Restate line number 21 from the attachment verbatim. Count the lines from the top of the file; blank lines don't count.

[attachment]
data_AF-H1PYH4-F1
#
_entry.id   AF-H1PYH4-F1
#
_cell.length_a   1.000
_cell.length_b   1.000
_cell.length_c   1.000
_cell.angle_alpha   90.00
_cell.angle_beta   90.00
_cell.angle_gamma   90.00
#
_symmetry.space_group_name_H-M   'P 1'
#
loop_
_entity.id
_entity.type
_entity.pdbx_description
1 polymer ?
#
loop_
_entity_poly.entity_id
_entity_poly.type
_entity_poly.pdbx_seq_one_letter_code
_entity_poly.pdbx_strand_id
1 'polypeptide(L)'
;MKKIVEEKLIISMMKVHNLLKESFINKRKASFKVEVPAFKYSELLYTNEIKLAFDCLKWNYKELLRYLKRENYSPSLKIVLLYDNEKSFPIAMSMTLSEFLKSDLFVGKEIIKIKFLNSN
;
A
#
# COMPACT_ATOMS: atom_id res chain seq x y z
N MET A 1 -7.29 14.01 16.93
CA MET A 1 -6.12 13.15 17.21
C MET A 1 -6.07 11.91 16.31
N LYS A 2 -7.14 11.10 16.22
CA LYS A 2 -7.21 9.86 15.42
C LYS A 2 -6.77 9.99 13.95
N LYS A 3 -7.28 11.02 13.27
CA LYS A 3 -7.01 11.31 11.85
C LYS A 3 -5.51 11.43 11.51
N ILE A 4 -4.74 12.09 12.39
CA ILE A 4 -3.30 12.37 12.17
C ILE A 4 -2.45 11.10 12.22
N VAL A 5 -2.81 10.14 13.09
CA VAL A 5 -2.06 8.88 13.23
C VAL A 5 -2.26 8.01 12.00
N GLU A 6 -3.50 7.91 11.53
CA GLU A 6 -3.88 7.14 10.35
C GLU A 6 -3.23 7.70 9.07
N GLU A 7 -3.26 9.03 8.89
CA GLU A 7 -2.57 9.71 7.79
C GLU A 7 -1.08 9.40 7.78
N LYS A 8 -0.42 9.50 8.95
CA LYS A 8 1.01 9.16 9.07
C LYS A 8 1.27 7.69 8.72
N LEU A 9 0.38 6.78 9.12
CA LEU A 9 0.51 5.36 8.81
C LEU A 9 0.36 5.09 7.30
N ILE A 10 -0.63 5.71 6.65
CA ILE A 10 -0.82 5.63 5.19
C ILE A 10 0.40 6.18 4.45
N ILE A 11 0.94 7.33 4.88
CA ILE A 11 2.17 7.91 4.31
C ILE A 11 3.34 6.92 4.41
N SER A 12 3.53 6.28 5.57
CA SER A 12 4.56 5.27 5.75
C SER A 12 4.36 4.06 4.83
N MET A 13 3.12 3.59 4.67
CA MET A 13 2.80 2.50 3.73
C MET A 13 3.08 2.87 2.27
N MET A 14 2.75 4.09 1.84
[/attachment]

_entity_poly.entity_id